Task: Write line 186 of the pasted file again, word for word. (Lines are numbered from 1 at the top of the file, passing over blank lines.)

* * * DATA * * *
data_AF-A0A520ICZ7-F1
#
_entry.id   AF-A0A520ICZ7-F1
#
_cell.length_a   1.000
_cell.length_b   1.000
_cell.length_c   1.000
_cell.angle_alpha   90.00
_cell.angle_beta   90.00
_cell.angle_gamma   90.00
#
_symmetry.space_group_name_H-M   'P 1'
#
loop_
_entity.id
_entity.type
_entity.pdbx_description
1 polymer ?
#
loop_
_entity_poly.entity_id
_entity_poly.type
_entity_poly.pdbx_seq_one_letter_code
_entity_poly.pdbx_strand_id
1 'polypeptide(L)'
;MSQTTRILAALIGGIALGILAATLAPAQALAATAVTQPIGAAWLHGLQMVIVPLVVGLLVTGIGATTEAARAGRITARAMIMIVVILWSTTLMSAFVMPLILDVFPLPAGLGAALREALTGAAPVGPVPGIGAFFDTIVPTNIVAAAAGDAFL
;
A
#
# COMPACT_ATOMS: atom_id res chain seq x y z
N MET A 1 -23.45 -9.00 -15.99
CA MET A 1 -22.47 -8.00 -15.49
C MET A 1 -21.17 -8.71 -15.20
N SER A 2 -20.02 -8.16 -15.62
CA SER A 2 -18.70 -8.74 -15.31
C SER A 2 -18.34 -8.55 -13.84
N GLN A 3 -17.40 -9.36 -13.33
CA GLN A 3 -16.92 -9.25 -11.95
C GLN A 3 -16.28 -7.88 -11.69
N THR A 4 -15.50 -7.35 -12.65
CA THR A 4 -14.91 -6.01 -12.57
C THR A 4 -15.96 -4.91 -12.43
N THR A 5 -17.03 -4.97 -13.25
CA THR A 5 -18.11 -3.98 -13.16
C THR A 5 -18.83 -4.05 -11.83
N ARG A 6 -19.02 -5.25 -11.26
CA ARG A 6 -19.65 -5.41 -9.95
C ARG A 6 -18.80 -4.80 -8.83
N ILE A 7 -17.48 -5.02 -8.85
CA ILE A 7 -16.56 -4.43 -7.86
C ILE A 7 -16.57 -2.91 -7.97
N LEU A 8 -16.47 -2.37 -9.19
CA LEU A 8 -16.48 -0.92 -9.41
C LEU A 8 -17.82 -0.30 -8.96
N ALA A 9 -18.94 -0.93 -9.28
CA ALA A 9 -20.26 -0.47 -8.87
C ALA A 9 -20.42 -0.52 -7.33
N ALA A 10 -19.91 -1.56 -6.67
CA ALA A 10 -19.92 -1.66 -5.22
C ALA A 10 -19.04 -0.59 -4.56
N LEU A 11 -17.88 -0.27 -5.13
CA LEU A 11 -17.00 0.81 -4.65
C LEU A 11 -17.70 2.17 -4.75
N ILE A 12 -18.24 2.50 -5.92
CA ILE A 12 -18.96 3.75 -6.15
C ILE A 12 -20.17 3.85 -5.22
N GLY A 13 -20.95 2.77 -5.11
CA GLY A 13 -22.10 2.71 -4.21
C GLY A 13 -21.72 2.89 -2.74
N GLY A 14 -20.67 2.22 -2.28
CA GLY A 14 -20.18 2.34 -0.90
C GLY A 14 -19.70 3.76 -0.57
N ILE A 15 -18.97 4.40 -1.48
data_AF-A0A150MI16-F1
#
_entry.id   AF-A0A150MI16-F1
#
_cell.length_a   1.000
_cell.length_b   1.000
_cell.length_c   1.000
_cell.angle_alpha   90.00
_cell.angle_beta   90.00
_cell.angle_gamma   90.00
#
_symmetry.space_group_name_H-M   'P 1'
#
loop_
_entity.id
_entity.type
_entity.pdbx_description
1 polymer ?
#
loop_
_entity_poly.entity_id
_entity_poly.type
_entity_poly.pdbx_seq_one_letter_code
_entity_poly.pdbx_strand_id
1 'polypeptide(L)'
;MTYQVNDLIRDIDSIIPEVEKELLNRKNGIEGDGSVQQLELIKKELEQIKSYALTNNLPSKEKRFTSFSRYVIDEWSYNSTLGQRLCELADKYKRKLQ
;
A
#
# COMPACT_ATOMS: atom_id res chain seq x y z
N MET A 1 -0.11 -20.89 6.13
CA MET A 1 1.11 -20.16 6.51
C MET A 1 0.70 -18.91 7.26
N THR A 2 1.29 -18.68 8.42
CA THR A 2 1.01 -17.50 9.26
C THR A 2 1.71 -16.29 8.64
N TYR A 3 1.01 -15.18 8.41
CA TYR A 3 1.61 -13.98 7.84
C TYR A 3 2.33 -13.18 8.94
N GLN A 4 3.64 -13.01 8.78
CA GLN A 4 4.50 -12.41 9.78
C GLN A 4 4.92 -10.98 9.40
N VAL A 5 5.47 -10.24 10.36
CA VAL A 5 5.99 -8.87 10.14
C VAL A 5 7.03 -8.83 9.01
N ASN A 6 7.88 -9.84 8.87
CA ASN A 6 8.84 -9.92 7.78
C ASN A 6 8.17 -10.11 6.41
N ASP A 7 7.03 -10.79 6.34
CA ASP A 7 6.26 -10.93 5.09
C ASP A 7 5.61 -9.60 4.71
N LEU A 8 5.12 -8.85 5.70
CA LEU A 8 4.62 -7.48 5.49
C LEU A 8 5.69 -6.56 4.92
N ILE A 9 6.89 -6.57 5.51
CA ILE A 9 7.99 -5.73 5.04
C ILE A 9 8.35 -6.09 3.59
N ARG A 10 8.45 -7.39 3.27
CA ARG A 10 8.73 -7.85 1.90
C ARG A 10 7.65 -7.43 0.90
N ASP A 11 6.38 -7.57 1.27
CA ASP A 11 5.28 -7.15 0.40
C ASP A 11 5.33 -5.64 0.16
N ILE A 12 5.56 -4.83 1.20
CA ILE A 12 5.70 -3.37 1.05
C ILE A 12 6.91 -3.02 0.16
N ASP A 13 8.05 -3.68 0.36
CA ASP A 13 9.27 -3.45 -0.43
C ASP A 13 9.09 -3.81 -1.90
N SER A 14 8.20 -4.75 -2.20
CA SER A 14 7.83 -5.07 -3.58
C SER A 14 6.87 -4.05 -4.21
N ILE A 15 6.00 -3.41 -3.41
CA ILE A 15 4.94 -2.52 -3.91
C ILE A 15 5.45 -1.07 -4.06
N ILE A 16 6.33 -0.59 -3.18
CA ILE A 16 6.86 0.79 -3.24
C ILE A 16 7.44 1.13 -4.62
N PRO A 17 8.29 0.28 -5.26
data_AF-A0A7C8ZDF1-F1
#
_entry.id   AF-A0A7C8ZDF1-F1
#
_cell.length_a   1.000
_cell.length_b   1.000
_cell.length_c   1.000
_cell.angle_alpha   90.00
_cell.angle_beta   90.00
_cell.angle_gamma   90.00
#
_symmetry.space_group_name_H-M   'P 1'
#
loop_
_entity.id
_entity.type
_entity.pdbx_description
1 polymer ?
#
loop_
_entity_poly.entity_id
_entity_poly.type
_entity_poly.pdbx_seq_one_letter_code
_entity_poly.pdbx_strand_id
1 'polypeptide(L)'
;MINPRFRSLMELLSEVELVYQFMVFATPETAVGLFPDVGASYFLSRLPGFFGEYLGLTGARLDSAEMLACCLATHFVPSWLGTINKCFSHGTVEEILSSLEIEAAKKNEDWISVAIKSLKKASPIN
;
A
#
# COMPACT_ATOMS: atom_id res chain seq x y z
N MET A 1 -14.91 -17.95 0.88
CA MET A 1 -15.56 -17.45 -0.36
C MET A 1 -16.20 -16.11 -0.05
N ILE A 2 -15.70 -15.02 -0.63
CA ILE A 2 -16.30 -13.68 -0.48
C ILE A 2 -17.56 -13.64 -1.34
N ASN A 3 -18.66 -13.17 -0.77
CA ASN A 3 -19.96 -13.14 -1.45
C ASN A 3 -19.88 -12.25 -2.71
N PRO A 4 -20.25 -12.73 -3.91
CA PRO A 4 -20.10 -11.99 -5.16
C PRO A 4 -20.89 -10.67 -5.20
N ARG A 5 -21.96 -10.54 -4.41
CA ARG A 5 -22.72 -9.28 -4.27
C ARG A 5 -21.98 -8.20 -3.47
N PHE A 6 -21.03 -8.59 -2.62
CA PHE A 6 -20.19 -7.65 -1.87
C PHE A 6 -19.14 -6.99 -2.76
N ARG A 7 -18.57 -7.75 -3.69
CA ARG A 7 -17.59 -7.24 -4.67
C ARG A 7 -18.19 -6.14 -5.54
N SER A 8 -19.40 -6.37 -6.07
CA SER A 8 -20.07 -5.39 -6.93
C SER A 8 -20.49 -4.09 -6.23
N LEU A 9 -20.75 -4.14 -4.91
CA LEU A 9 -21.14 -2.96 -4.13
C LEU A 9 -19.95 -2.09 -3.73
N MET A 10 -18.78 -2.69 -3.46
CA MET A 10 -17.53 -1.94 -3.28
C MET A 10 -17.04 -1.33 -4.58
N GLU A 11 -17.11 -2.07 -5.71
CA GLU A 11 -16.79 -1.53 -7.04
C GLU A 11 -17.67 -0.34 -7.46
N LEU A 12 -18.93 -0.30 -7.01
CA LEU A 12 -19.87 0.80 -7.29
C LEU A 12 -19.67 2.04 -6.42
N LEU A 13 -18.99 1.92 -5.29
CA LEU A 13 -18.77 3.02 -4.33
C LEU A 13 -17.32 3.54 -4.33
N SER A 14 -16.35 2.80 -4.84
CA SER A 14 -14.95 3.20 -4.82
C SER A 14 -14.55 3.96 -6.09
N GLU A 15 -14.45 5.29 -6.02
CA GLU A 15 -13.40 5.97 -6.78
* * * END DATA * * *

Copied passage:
N ILE A 2 -15.70 -15.02 -0.63